England step up research into back injuries

English cricket's ceaseless search for a solution to stress fractures suffered by fast bowlers has a new ally because of the ECB's partnership with a global leader in athlete analytics.

England teams - both men's and women's - have the opportunity to wear micro-sensors underneath their shirts in a three-year partnership with Catapult, a leading analytics provider.

Raph Brandon, the ECB's head of science, medicine and innovation, and Andy Flower, the former England coach, introduced the system to England Lions at the national performance centre in Loughborough this week and Brandon says the tie-up, which goes through to the 2019 World Cup in England, has already had "major benefits".

"Lower-back stress fractures will always be a challenge for us," Brandon said. "It is particularly important for the U-19s that we monitor them very closely and do our best to protect them from injury.

"Get the insight and then you can change your decisions. It is a series of learning. Thanks to the Catapult data, we have a comprehensive picture now of combined workload and training and we are establishing that joined-up picture for the best England bowlers, whether they are on contract or on the international pathway."

The challenge facing young fast bowlers as their growing bodies comes under enormous strain is the subject of a two-year research programme at Loughborough into how a young player's spine adapts to the rigours of fast bowling.

Evidence already gathered before the Catapult tie-up is that the spine of a successful England fast bowler such as James Anderson or Stuart Broad becomes as thick as any comparable spine in international sport in order to withstand the constant demands it has to bear.

Brandon said: "What we know is if you get to become a Broad or an Anderson your spine on the opposite side of your bowling arm is the thickest spine in world sport. It is thicker than that of a rugby forward or any sports spine that we know. That is based on years of MRI scans with our international group.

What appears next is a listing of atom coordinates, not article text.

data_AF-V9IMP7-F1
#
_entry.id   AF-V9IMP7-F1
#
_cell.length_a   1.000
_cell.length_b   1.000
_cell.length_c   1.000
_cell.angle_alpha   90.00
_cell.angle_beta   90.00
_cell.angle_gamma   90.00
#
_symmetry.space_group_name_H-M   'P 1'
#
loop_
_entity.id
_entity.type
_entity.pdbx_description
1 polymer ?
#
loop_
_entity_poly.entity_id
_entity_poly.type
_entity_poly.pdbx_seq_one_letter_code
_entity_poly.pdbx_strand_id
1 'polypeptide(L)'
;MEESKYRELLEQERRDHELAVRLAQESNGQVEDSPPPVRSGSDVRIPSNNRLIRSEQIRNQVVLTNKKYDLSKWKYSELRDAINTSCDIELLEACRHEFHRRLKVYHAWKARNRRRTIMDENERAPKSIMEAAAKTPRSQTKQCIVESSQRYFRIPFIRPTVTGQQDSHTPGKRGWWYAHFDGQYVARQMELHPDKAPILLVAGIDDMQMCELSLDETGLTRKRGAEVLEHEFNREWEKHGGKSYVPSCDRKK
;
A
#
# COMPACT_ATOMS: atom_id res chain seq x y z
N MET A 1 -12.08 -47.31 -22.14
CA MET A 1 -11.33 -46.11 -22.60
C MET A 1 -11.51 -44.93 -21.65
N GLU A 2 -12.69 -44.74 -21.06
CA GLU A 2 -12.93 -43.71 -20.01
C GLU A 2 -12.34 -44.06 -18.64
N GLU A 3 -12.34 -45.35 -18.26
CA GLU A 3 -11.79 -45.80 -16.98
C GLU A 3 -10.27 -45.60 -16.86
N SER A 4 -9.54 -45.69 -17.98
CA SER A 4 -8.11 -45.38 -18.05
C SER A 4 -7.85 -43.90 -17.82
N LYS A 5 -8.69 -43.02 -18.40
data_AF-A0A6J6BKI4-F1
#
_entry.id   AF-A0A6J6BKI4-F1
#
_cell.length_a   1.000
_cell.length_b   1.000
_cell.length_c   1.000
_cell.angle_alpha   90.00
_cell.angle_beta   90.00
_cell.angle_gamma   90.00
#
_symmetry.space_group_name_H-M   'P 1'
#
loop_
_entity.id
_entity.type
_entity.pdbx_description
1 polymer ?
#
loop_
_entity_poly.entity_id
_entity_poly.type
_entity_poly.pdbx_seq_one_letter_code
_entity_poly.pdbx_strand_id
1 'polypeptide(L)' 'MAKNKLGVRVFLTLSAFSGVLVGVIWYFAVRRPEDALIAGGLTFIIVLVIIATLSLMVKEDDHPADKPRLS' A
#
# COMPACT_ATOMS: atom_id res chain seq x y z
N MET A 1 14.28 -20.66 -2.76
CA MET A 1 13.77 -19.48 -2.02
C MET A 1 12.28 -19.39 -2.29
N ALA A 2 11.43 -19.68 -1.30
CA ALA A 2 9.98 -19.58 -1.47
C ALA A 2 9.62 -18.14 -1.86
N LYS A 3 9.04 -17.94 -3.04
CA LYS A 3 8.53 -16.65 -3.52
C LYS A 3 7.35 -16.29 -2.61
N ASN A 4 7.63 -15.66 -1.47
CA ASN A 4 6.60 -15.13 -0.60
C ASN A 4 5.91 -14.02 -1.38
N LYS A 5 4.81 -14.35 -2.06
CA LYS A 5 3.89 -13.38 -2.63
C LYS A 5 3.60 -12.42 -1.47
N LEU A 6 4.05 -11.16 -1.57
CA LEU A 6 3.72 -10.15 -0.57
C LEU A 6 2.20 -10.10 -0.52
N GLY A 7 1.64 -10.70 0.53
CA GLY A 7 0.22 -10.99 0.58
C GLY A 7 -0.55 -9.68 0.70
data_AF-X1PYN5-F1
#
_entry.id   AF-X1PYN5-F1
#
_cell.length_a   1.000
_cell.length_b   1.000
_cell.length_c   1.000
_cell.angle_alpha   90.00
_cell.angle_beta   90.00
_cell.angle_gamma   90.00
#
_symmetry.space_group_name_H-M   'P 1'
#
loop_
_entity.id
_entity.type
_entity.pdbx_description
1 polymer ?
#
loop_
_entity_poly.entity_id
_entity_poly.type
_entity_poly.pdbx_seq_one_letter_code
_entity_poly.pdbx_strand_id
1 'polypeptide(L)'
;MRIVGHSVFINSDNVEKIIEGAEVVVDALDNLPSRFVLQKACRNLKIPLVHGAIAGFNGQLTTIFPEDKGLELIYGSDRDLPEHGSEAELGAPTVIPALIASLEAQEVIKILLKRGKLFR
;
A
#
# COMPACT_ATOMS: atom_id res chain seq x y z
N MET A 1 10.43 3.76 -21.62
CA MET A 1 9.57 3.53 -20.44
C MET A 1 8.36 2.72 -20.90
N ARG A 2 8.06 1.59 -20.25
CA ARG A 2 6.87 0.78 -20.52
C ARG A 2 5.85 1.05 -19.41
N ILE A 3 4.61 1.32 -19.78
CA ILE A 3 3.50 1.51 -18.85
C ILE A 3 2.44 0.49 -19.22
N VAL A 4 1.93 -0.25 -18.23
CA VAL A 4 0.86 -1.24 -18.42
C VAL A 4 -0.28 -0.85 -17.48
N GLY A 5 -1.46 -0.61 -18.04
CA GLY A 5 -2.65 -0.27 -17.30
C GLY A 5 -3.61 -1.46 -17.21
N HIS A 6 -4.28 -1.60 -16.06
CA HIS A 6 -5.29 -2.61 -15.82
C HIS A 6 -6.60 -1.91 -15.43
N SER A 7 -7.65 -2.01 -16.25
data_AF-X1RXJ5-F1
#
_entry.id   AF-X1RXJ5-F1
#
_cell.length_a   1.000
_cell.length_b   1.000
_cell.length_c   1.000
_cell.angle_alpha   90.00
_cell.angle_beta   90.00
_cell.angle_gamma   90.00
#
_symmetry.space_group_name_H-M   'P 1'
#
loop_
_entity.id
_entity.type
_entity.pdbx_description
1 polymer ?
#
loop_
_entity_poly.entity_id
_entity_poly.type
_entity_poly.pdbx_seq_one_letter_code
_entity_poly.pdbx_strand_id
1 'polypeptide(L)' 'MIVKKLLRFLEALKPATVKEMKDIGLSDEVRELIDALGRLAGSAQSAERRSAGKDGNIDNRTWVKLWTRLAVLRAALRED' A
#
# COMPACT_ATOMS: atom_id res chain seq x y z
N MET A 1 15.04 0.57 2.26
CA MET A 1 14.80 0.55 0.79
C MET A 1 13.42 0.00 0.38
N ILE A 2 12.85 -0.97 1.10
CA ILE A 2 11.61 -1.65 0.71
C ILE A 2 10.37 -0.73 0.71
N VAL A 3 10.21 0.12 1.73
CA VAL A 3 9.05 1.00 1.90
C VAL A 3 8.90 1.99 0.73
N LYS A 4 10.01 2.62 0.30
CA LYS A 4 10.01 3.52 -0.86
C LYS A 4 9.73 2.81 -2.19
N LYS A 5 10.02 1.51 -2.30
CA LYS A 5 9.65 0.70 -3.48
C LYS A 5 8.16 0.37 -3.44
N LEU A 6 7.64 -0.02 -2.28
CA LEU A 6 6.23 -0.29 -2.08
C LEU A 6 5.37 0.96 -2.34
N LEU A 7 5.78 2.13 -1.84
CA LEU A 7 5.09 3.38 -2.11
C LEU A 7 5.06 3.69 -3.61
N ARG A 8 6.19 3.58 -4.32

"As a young fast bowler, you will have your growth spurts where your spine grows but where it is not fully thick. You have to have a super-adapted spine to become an international fast bowler. The challenge is how to get from this thin piece of bamboo spine when you are 18 and very talented to the super-thick spine of Jimmy Anderson.

"The bone adapts to loading cycles and gets stronger. You need to load it and then you need to rest and recover. The quality of data we can now capture and analyse means we now have far more facts to support the 'feel' we get from the expertise of our coaches in their support of the players.

"We can measure run-up speeds, the amount of acceleration going through the body, the amount of rotation going through their trunk, and so much more - in practice as well as matches. We will always have something to learn about the science behind the elite cricketer."

The decision about when to bring a player back from injury is now also likely to be built on many factors other than the old question: "Do you think you can get through okay?" being asked by a coach.

"Selection is not dependent upon such data," Brandon said, "but selectors are aware that we do have this information now. We are adding facts to the feel and the knowledge and the insights that the expert coaches and the players themselves have.

"We understand the demands on individual players intimately. So when we are bringing players back from injury we know what demands they will face. If they are coming back to a Test match we have to build them up so they can cope with a certain amount of running, a certain amount of time on their feet, the total distance they are likely to travel and the likely amount of high intensity work. This very detailed work allows us to individualise our training for the players and that gives them confidence."

Although the collaboration with Catapult was motivated by the desire for fast-bowling analysis, it has also provided other insights.

"Scoring a century in a one-day international will generally involve between seven and 12 miles total distance on your feet, including many sprints," Brandon said.

Such evidence has informed England's coaches, and indeed the players, of the fitness demands involved. They will continue to give England ammunition when they chose to pull contracted England players out of county cricket - a regular bone of contention - and they are likely they played a part in Mark Robinson's demands for better fitness levels when he took over as coach of England women earlier this year.